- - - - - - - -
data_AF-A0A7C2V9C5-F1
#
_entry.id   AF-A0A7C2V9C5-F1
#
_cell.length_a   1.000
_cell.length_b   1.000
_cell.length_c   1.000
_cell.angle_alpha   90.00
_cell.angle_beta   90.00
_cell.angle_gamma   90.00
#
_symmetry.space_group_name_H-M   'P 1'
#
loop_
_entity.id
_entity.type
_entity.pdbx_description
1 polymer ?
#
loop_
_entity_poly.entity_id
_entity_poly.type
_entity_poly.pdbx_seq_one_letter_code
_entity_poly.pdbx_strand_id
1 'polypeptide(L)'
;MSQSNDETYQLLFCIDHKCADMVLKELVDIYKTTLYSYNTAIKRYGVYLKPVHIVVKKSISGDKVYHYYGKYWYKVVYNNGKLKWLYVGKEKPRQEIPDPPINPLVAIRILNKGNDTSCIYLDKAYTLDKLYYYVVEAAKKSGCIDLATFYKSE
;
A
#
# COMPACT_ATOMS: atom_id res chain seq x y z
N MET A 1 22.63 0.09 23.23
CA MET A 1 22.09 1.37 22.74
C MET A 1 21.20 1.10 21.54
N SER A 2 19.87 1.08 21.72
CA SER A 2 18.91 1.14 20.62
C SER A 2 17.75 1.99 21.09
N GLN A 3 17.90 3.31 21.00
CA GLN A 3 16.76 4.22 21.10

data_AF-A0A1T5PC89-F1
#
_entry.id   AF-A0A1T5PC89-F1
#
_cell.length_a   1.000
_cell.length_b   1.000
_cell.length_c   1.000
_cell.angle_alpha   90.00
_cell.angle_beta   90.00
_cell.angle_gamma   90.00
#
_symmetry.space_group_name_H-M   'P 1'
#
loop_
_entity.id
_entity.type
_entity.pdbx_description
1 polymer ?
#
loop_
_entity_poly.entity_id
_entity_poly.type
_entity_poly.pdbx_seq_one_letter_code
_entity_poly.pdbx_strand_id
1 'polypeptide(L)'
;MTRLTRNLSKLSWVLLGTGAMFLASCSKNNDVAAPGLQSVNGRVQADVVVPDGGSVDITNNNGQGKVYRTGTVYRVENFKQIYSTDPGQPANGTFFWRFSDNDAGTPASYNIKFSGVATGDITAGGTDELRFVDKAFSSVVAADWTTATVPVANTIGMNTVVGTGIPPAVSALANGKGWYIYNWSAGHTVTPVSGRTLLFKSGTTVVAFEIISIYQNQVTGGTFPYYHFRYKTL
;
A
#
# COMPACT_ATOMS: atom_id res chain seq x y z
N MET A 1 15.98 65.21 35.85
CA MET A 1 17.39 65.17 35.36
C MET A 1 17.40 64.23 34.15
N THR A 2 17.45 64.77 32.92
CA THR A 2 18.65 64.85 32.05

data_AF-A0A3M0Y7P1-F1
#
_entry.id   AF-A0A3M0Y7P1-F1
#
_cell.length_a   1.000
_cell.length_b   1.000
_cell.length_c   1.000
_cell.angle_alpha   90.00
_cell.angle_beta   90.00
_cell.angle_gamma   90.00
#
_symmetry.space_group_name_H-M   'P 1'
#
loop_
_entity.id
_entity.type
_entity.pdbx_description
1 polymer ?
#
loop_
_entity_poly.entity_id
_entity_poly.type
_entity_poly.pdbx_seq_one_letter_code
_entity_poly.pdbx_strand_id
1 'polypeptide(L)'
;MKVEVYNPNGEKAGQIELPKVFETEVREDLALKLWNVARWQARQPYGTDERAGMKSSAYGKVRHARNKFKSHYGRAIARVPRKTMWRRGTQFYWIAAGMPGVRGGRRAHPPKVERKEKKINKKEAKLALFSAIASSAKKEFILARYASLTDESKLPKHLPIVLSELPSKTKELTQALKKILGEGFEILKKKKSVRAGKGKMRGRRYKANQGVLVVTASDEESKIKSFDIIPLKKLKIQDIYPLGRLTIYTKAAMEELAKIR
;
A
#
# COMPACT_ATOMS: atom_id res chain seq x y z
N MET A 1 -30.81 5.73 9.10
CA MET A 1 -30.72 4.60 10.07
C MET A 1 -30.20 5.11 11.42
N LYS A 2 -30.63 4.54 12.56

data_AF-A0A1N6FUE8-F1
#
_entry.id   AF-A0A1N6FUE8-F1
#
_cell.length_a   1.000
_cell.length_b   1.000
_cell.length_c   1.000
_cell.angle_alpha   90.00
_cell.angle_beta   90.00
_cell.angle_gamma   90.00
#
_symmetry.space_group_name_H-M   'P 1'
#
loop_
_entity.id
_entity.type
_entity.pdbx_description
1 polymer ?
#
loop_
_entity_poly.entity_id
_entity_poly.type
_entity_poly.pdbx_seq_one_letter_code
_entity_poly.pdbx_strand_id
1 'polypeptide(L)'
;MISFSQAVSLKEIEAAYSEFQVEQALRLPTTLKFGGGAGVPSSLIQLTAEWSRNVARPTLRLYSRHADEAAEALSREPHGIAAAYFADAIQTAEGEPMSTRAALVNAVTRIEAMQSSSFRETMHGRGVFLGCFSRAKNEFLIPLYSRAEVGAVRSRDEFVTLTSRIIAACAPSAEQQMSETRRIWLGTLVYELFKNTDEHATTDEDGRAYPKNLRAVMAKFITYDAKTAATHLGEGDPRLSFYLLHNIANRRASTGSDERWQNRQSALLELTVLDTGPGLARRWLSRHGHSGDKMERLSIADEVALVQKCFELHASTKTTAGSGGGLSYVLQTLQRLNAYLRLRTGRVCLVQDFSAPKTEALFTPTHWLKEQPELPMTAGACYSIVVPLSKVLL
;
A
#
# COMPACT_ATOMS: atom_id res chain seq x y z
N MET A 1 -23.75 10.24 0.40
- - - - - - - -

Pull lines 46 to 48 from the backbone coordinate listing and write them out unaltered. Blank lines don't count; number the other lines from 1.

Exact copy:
_cell.angle_alpha   90.00
_cell.angle_beta   90.00
_cell.angle_gamma   90.00